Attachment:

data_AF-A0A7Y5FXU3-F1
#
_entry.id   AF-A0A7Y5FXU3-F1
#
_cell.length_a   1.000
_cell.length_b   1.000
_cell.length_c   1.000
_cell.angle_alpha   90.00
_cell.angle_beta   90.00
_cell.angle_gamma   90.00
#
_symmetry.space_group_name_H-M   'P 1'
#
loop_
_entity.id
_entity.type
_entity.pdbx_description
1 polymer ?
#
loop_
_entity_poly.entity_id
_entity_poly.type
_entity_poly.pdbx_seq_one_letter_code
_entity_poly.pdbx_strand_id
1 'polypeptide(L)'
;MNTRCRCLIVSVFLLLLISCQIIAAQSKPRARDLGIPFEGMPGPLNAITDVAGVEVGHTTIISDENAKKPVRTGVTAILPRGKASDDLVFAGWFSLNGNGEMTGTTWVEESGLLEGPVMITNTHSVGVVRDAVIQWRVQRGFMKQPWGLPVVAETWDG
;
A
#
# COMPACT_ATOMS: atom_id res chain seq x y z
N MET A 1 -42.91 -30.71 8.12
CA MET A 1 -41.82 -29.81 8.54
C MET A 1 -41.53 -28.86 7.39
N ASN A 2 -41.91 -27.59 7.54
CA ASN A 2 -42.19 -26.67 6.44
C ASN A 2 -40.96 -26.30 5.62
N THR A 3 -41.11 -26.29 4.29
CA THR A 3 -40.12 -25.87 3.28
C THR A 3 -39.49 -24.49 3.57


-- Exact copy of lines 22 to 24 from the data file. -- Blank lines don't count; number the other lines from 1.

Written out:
_entity_poly.type
_entity_poly.pdbx_seq_one_letter_code
_entity_poly.pdbx_strand_id